When I first envisioned this movie blog, I thought that I would write about movies I have seen before, some of them many times. I wanted to write about movies I love; I wanted to create a group of essays with a positive tone. No better way to do that than talk about movies I know are awesome. But sometimes a movie you haven’t seen has such a good pedigree you know you’re going to love it sight unseen. Remorques is one of those. It’s a story of a sea captain and the toughness of his job and the two women who are really into him.
Jean Gabin, the French Spencer Tracy, plays Captain Laurent. Jean Gabin is one of my favorite actors. He’s tough, his face barely ever registers emotion, he gets awesome girls, he punches the bad guys, a lot of times he dies at the end of his movies. He is so badass. I wrote one of my shittiest college papers of all time about Jean Gabin. It was around ten pages or so, and pretty much the only argument it put on the table was “Jean Gabin was a fucking badass.” Remorques was released in 1941 but was filmed mostly in 1939, which was prime time for Jean Gabin; he was at the height of his popularity and looking back today, it seems like every movie he made during a four year stretch is a bona-fide classic. Remorques (the movie’s English title is Stormy Waters) was one I hadn’t seen, but watching a Jean Gabin movie made in the late thirties is pretty much like watching Roger Federer play tennis in the mid 2000s; you know it’s going to be incredible because it can’t not be incredible.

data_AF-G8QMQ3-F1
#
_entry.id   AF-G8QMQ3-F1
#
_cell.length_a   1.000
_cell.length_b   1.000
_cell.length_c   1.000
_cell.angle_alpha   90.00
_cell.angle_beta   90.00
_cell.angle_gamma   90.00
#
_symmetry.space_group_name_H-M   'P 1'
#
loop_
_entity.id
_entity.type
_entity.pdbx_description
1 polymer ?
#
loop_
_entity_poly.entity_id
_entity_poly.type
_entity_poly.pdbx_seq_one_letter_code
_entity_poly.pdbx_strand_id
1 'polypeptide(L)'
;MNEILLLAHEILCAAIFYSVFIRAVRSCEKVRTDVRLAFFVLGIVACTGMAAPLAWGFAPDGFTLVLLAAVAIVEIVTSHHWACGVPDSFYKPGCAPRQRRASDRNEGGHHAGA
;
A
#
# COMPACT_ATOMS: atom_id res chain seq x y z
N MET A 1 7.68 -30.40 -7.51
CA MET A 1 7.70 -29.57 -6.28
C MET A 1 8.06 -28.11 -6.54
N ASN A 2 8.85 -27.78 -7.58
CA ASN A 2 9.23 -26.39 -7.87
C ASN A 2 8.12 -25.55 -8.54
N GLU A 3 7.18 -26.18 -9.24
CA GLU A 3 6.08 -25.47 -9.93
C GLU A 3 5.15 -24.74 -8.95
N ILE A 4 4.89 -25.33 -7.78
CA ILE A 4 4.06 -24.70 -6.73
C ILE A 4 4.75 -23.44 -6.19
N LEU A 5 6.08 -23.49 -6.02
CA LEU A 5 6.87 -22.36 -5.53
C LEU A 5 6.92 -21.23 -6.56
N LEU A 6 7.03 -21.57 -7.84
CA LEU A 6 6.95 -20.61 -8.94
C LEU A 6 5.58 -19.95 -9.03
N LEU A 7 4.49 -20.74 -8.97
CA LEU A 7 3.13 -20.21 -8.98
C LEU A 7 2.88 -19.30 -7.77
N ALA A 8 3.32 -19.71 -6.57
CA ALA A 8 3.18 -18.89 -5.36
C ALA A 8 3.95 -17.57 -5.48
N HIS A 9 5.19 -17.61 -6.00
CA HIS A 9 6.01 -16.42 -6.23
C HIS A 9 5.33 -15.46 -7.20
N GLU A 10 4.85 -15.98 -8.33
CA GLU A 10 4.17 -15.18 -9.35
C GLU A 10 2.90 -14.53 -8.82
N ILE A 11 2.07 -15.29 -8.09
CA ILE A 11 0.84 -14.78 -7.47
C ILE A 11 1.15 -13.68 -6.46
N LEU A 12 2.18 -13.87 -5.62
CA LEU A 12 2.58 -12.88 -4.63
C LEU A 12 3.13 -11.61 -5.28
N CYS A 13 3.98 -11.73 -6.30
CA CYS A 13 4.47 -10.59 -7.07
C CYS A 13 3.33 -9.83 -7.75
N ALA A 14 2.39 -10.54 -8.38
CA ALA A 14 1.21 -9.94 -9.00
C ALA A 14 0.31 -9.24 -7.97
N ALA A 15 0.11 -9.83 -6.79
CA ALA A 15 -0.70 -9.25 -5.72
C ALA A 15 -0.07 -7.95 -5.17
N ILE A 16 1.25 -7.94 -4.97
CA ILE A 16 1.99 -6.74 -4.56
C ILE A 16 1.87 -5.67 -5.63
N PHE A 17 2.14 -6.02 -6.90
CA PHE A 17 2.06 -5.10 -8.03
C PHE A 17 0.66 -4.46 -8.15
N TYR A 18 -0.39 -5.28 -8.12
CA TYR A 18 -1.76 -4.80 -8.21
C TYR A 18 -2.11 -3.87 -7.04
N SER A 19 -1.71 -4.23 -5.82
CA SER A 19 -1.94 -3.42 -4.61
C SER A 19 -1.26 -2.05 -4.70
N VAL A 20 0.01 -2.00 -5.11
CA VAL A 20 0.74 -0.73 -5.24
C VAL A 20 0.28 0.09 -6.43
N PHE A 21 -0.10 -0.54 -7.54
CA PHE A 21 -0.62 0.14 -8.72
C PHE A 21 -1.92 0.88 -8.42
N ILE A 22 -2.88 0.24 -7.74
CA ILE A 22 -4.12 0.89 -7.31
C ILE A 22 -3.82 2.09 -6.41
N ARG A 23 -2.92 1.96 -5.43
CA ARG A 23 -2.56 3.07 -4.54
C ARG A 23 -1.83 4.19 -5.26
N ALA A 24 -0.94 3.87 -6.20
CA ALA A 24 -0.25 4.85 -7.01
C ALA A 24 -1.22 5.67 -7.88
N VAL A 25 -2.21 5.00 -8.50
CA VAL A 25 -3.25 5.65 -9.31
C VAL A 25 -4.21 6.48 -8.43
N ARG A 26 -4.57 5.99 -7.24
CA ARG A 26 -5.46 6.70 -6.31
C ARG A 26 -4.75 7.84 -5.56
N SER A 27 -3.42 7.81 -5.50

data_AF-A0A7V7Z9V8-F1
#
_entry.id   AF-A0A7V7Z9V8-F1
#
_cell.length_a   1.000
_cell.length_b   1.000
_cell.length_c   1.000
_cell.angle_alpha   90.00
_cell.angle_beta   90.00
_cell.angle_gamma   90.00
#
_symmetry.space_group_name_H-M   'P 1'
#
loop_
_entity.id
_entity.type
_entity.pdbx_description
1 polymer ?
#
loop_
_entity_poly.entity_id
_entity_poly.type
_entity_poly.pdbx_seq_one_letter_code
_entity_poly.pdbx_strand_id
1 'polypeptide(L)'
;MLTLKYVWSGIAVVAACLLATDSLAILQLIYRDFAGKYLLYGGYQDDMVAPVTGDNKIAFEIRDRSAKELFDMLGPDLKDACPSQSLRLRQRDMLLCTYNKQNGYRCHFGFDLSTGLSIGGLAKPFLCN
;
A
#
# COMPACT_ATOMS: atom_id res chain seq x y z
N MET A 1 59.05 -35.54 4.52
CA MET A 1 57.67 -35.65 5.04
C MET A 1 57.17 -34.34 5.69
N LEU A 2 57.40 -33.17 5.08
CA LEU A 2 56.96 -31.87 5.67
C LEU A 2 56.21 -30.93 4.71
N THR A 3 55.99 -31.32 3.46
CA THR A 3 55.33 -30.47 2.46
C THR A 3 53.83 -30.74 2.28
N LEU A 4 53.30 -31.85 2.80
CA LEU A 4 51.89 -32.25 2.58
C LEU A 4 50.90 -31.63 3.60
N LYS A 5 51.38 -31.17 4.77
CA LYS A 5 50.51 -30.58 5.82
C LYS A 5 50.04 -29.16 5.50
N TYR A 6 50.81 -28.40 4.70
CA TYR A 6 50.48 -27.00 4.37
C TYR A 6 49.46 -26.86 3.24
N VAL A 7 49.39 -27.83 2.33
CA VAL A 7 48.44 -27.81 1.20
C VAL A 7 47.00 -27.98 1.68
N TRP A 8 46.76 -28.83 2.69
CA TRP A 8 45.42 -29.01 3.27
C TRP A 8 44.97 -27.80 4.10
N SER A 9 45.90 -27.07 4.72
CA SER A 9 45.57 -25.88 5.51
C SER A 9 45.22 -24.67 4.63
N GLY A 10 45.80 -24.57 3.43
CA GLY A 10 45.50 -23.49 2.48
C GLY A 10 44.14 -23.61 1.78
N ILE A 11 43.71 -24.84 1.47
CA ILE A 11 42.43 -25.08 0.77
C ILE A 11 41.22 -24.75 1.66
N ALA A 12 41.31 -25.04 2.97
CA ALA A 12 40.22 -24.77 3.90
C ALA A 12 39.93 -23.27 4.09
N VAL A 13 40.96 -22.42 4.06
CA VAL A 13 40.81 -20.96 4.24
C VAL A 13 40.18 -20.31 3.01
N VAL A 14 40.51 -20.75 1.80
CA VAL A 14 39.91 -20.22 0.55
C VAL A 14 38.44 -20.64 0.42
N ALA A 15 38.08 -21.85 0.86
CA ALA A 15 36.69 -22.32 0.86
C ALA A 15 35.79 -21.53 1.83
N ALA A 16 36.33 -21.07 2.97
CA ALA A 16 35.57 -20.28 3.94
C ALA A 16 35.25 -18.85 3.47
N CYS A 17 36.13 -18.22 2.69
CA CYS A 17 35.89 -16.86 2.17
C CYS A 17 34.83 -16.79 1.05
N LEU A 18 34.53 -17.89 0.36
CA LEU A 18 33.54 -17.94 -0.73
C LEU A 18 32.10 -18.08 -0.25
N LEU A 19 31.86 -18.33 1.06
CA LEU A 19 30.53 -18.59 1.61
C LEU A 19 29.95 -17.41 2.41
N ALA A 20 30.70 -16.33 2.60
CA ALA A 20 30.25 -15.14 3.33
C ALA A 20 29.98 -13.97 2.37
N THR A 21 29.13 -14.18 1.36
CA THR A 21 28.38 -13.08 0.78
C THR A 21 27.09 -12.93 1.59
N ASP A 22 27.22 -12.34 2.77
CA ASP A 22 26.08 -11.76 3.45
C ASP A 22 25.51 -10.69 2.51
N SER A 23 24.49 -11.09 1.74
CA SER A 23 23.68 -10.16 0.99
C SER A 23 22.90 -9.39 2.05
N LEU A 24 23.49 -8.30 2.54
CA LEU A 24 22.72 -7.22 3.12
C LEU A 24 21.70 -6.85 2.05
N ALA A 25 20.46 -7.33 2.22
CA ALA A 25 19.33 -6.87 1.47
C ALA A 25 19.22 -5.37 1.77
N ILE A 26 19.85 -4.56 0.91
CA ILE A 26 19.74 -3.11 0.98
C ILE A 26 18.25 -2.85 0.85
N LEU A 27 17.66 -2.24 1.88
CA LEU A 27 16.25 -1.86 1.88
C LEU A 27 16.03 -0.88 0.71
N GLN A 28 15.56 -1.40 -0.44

Two women play opposite Gabin in the movie: his wife, played by a little blonde waif called Madeleine Renaud, and the dreamy girl he gets involved with, played by blue eyed super nova Michele Morgan. The wife is sweet enough, but she is sickly, whines a lot, and isn’t Michele Morgan, so who cares? Remorques marks the third pairing of Morgan and Gabin in three years, and it seems to work. Maybe it’s because they both have really blue eyes. Probably. Jean Gabin is so tough and cool, when you first see him in a movie, you wonder what kind of girl he’d be with. Michele Morgan arrives, so beautiful she seems unreal, and there is no doubt: that is the kind of girl for Jean Gabin.
Michele Morgan and Jean Gabin in Remorques
Remorques has two main narrative threads, the romantic life of Captain Laurent and his profession, which is rescuing boats from storms and such out in the sea. The romantic stuff is done in the normal movie way: arguments, tears, walks on the beach, embraces, long kisses, etc. The scenes at sea are done in normal movie way as well, albeit one that isn’t popular in movies anymore. The boats are small scale models, being thrown around in a studio sea. It sounds stupid, but let me tell you, the scenes of the boats are awesome. The storms are scary and intense, and the simple special effects really work. It is a bit of movie magic.
Remorques is part of one of my all time favorite movie genres, French Poetic Realism. The movies are great and really atmospheric. They’re kind of noirish, concern characters who are either part of the working class or the criminal class, and have moody sets and lighting. It’s almost always cold, or nighttime, or raining, or foggy, or all four combined. Another reason I love the genre is because it feels like it’s more my own than some of the more popular or well known movements. I know this is hipsterish bullshit, but people not knowing about it makes me love it more. Any young punk on the street can like the French New Wave, or the gritty 70s Hollywood thing, or the Neorealist Italians. But I feel like a real die hard when I get out there and follow Jean Gabin around in the rain.